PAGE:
Bath Abbey Bath Abbey

Bath Abbey elevationBath Abbey

At the front of the abbey you can see Jacob's Ladder running up on the two pillars.  The town Christmas tree was planted right on the ideal photo-taking spot! 

Jacob's Ladder at Bath Abbey Jacob’s Ladder at Bath Abbey

The reason for us coming to visit the town of Bath was to see the famous Roman Baths.  Of course, they were so absolutely amazing that they deserve their own post!

Entrance to the Roman Baths, BathEntrance to the Roman Baths in Bath

One Night in Bristol

After Stonehenge, we took a brief drive of one or two hours and arrived at our accommodation just before 5pm.  Unfortunately, I was burning up with a fever by then and I got straight into bed while Stephen and his parents had some coffee in the downstairs bar area.  I wish I could say that I slept through to the morning but I was feverish, hallucinating and confused through the night!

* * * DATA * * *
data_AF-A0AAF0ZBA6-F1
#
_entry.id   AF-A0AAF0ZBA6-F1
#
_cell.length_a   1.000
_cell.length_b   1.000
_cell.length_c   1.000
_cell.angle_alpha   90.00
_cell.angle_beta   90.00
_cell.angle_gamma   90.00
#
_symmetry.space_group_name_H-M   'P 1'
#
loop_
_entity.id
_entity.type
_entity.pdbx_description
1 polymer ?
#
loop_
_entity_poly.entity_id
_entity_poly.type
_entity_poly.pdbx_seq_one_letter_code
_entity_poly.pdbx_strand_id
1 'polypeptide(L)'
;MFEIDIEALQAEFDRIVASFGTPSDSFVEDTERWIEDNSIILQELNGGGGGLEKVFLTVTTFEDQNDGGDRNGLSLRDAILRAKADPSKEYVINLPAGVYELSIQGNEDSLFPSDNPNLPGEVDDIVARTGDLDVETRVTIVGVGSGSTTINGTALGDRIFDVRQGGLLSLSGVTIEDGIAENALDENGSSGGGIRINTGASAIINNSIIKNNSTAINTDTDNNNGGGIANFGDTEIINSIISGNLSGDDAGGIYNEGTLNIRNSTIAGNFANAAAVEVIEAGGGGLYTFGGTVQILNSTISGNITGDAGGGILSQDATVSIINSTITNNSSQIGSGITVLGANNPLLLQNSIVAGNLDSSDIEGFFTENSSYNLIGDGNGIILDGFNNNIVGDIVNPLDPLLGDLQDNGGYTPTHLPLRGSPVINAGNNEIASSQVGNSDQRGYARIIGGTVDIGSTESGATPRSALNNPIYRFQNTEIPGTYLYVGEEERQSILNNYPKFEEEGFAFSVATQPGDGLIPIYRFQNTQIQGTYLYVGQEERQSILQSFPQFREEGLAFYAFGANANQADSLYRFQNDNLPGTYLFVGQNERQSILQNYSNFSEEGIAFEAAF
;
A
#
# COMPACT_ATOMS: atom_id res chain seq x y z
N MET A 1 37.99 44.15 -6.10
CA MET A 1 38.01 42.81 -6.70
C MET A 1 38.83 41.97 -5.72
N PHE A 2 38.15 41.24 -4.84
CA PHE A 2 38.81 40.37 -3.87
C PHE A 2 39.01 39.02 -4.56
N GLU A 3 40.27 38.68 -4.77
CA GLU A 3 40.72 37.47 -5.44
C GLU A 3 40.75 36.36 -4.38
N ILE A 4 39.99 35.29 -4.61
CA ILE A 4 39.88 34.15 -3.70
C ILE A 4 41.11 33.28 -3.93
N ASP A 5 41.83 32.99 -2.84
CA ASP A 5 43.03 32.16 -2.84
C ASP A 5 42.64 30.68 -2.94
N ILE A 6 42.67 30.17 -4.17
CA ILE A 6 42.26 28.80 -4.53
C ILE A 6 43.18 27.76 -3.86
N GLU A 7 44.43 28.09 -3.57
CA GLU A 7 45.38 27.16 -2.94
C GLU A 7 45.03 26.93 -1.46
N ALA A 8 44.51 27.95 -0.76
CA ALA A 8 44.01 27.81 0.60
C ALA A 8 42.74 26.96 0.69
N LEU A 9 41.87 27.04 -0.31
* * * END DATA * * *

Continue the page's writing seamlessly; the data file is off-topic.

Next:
The Fox and Goose Bristol

Despite not feeling too good, I certainly noticed how lovely our choice of accommodation was.  We stayed in two gorgeous rooms above the pub which were decorated in a very homely, welcoming manner.  The rooms were absolutely spotlessly clean and I would certainly recommend the place to travellers.  It is located on the outskirts of Bristol on the airport but it only about 10 minutes outside of Bristol town centre.

Unfortunately, we didn't get to see much of Bristol as we slipped into town for some breakfast and then continued on our way to Bath, but I did notice how all the the houses seem to be made of stone and they certainly do look very West of England.

Visiting Stonehenge